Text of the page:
Science & Environment

Science news

Mark Faherty

Recently, a saltmarsh in Sandwich was visited by an inconspicuous little bird with an incredible migration story to tell. The Northern Wheatear is a rare and obscure visitor to the lower 48 states, despite the fact that it breeds on Arctic tundra from Eastern Canada to Alaska.

Roger Hanlon

We all know camouflage when we see it, or when we don’t, as the case may be. But what does that actually mean?

“Qualitatively, it’s pretty easy for people to say ‘that’s camouflaged’ or ‘it’s not,’” says Roger Hanlon, a senior scientist at MBL, whose research focuses on camouflage in marine animals. “But to grade camouflage or to quantify it somehow, really has hardly ever been attempted until very recently.”

www.onthewater.com/kayak-albies/

Local fishermen will tell you two things about false albacore: they're thrilling to fish for, and they taste terrible.

The first is indisputable.  But the second has long been a lingering question. 

Jayne Doucette / Woods Hole Oceanographic Institution

Oceans cover seventy percent of the Earth's surface is covered in water, and there's even more water trapped inside the Earth. Where did it all come from? And when? There have long been two possible answers to those questions: it could have been here since the very beginning, or it could have arrived later, carried by bombarding asteroids and comets.

The prevailing thought has been that the latter is more likely because, when the planets were forming nearly four and a half billion years ago, Earth's neck of the solar system would have been too hot for there to be water around.

Brian Gratwicke bit.ly/2cpuOd7 / bit.ly/1mhaR6e

Menhaden may have a bit of an identity problem. Most of the Northeast refers to them as "bunker." But around Massachusetts they're often known as "pogies." Whatever you decide to call them, they're great bait this time of year for fishing big stripers.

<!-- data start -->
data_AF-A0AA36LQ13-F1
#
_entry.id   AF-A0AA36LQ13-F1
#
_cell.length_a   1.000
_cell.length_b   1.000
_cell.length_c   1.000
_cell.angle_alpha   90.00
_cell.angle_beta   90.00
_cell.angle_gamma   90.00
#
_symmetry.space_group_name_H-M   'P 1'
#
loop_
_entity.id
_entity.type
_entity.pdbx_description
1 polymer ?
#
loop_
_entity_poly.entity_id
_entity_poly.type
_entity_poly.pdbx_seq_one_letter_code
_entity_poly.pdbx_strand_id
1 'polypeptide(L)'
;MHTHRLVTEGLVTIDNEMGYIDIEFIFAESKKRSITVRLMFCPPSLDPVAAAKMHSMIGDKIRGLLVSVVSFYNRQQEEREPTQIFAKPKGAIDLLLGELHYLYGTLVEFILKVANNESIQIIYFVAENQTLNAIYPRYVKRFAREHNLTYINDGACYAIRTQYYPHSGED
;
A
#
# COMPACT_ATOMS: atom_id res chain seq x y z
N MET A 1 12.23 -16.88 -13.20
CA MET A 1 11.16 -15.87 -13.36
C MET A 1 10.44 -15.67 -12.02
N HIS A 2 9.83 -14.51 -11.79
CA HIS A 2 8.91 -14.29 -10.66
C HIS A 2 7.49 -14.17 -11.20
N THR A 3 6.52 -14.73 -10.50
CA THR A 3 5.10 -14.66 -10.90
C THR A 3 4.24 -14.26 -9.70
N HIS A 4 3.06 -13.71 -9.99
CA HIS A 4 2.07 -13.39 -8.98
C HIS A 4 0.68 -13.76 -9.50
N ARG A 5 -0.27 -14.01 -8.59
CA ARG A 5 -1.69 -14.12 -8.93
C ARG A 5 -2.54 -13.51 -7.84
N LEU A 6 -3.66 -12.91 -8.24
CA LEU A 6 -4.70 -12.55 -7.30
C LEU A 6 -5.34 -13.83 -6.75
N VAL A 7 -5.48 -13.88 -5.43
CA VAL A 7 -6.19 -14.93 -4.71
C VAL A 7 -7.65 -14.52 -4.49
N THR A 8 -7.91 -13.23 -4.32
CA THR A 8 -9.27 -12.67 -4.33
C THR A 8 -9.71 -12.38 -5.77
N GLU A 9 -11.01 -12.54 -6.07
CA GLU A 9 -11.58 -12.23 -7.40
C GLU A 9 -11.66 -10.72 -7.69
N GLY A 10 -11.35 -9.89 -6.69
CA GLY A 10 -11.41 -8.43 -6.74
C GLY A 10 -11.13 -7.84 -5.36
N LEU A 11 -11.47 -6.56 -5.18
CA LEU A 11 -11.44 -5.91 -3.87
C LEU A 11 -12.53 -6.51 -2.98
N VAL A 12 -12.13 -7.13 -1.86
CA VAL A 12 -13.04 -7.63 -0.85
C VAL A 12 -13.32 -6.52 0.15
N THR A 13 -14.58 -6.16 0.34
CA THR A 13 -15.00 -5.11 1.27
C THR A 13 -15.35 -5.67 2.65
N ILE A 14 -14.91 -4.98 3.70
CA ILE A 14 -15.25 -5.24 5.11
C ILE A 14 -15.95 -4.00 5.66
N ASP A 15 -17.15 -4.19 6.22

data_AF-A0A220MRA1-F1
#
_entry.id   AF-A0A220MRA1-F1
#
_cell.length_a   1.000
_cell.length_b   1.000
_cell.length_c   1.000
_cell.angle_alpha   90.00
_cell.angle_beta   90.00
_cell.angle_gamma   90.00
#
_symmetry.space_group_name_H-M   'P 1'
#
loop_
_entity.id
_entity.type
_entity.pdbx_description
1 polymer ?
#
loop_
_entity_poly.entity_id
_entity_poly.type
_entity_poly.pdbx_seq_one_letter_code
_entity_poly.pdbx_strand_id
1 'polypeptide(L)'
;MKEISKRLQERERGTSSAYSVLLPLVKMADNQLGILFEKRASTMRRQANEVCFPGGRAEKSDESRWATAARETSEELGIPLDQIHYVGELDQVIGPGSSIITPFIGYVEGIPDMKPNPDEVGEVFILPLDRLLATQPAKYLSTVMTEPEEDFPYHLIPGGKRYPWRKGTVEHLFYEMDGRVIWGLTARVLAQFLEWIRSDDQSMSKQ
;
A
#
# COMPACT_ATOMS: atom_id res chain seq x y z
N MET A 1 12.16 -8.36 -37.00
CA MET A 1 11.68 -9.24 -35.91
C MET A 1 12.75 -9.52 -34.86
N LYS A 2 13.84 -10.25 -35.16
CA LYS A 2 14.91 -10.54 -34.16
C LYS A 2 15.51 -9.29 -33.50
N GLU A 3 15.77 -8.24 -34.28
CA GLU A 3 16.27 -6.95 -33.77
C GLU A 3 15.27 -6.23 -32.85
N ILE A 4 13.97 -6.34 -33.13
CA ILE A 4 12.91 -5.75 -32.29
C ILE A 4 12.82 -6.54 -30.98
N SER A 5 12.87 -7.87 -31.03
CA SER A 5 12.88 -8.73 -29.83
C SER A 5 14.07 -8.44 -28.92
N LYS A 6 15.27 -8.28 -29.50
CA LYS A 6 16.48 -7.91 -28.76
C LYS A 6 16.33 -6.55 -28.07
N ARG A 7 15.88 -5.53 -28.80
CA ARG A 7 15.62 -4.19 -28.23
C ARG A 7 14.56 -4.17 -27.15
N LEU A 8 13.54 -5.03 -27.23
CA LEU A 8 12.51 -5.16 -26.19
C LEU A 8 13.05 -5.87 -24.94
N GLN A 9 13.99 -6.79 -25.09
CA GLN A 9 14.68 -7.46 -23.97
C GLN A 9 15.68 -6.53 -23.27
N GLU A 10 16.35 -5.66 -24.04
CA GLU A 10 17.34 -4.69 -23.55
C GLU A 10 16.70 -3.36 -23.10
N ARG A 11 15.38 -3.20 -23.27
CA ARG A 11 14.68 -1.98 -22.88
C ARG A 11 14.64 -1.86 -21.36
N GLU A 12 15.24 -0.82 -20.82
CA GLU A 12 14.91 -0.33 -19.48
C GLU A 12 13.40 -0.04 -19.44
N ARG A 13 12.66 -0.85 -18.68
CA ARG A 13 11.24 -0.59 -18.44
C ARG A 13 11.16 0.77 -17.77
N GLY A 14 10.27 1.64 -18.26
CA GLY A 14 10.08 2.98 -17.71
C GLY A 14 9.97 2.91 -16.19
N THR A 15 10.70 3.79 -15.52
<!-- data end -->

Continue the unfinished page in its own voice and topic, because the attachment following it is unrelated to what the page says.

Menhaden are a member of the herring family. They migrate into our waters seasonally, arriving from the south each spring. They grow out to a couple of pounds and about a foot long. They're schooling fish, typically swimming in big schools.

Students from Jonah Maidoff's Resilient Communities course at Martha's Vineyard Public Charter School traveled to the Alaskan Arctic with climate scientists this summer.
Courtesy of Astrid Tilton

Last fall, Jonah Maidoff's Resilient Communities class at Martha’s Vineyard Public Charter School was planning a trip to Paris. They were to attend the U.N. climate negotiations and witness history in the making. But the trip was canceled after the November 13th terrorist attacks.

www.flickr.com/photos/cblue98/ / CC BY-SA 2.0

If consciousness is what makes us human, memory – it could be argued – is what defines us as individuals. Each of us carries within our brains a unique set of memories that, together, make up our life stories. But how do we remember? That is the question that drives Erin Schuman.

Paul Goodman bit.ly/2clpvKL / bit.ly/OJZNiI

There are fishermen who wait all fishing season, it seems, for just this time of year. The end of August and beginning of September mean it's time for the arrival of false albacore - also known as the funny fish.

Ed Dunens bit.ly/2bQRhuL / bit.ly/OJZNiI

There’s still a mysterious ornithological frontier in Massachusetts, lying at the ragged fringe of both the state’s boundaries and our knowledge of bird distributions. To get there, you need a mariners constitution and a big boat. And, ideally, a strong stomach. 

Daniel Colon-Ramos is associate professor of cell biology and neuroscience at Yale University.
Courtesy of Daniel Colon-Ramos

Daniel Colón-Ramos got the email just a few hours before he was due to lecture before a class of minority students in neuroscience at the Marine Biological Laboratory (MBL), in Woods Hole. A teaching assistant had been expelled after threatening to burn a cross in front of an African-American student’s home. It’s an incident that might seem shocking to many, but to Colón-Ramos, it was the response that stood out.

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